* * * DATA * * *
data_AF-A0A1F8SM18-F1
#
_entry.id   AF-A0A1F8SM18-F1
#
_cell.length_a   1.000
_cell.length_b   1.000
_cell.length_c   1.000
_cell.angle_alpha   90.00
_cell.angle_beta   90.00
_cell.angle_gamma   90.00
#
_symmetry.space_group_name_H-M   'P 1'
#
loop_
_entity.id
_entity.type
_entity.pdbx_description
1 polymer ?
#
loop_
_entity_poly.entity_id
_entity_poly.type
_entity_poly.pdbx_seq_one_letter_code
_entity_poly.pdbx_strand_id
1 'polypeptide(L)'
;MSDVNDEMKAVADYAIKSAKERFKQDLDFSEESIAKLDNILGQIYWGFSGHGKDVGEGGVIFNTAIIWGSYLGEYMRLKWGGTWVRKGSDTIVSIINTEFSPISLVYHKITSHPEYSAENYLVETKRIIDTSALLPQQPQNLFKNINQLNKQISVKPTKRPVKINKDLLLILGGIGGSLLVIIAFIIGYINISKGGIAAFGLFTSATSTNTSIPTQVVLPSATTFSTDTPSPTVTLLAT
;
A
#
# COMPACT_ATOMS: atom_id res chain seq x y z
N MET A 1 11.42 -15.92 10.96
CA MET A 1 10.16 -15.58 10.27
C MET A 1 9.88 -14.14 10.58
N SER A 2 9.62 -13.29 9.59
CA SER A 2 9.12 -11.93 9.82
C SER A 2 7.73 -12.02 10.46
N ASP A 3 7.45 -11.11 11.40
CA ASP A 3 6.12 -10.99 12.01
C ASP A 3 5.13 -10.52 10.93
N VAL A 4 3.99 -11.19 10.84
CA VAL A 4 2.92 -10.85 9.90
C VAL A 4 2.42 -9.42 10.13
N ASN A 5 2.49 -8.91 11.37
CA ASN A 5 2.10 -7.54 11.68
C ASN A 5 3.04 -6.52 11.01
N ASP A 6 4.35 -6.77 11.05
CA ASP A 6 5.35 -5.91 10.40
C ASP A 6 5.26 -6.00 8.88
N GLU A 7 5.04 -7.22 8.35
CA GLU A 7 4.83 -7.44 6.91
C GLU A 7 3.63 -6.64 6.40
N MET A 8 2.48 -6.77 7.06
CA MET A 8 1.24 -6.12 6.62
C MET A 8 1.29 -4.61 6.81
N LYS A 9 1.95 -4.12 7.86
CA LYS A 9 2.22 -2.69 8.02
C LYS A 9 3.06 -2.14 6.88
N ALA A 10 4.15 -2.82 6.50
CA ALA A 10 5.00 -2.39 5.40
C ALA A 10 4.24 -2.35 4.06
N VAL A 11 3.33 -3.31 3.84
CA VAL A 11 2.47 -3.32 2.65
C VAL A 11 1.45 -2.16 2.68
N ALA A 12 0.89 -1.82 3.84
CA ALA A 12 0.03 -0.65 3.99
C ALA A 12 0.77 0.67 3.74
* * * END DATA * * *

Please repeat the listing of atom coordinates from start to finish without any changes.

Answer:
data_AF-A0A1F8SM18-F1
#
_entry.id   AF-A0A1F8SM18-F1
#
_cell.length_a   1.000
_cell.length_b   1.000
_cell.length_c   1.000
_cell.angle_alpha   90.00
_cell.angle_beta   90.00
_cell.angle_gamma   90.00
#
_symmetry.space_group_name_H-M   'P 1'
#
loop_
_entity.id
_entity.type
_entity.pdbx_description
1 polymer ?
#
loop_
_entity_poly.entity_id
_entity_poly.type
_entity_poly.pdbx_seq_one_letter_code
_entity_poly.pdbx_strand_id
1 'polypeptide(L)'
;MSDVNDEMKAVADYAIKSAKERFKQDLDFSEESIAKLDNILGQIYWGFSGHGKDVGEGGVIFNTAIIWGSYLGEYMRLKWGGTWVRKGSDTIVSIINTEFSPISLVYHKITSHPEYSAENYLVETKRIIDTSALLPQQPQNLFKNINQLNKQISVKPTKRPVKINKDLLLILGGIGGSLLVIIAFIIGYINISKGGIAAFGLFTSATSTNTSIPTQVVLPSATTFSTDTPSPTVTLLAT
;
A
#
# COMPACT_ATOMS: atom_id res chain seq x y z
N MET A 1 11.42 -15.92 10.96
CA MET A 1 10.16 -15.58 10.27
C MET A 1 9.88 -14.14 10.58
N SER A 2 9.62 -13.29 9.59
CA SER A 2 9.12 -11.93 9.82
C SER A 2 7.73 -12.02 10.46
N ASP A 3 7.45 -11.11 11.40
CA ASP A 3 6.12 -10.99 12.01
C ASP A 3 5.13 -10.52 10.93
N VAL A 4 3.99 -11.19 10.84
CA VAL A 4 2.92 -10.85 9.90
C VAL A 4 2.42 -9.42 10.13
N ASN A 5 2.49 -8.91 11.37
CA ASN A 5 2.10 -7.54 11.68
C ASN A 5 3.04 -6.52 11.01
N ASP A 6 4.35 -6.77 11.05
CA ASP A 6 5.35 -5.91 10.40
C ASP A 6 5.26 -6.00 8.88
N GLU A 7 5.04 -7.22 8.35
CA GLU A 7 4.83 -7.44 6.91
C GLU A 7 3.63 -6.64 6.40
N MET A 8 2.48 -6.77 7.06
CA MET A 8 1.24 -6.12 6.62
C MET A 8 1.29 -4.61 6.81
N LYS A 9 1.95 -4.12 7.86
CA LYS A 9 2.22 -2.69 8.02
C LYS A 9 3.06 -2.14 6.88
N ALA A 10 4.15 -2.82 6.50
CA ALA A 10 5.00 -2.39 5.40
C ALA A 10 4.24 -2.35 4.06
N VAL A 11 3.33 -3.31 3.84
CA VAL A 11 2.47 -3.32 2.65
C VAL A 11 1.45 -2.16 2.68
N ALA A 12 0.89 -1.82 3.84
CA ALA A 12 0.03 -0.65 3.99
C ALA A 12 0.77 0.67 3.74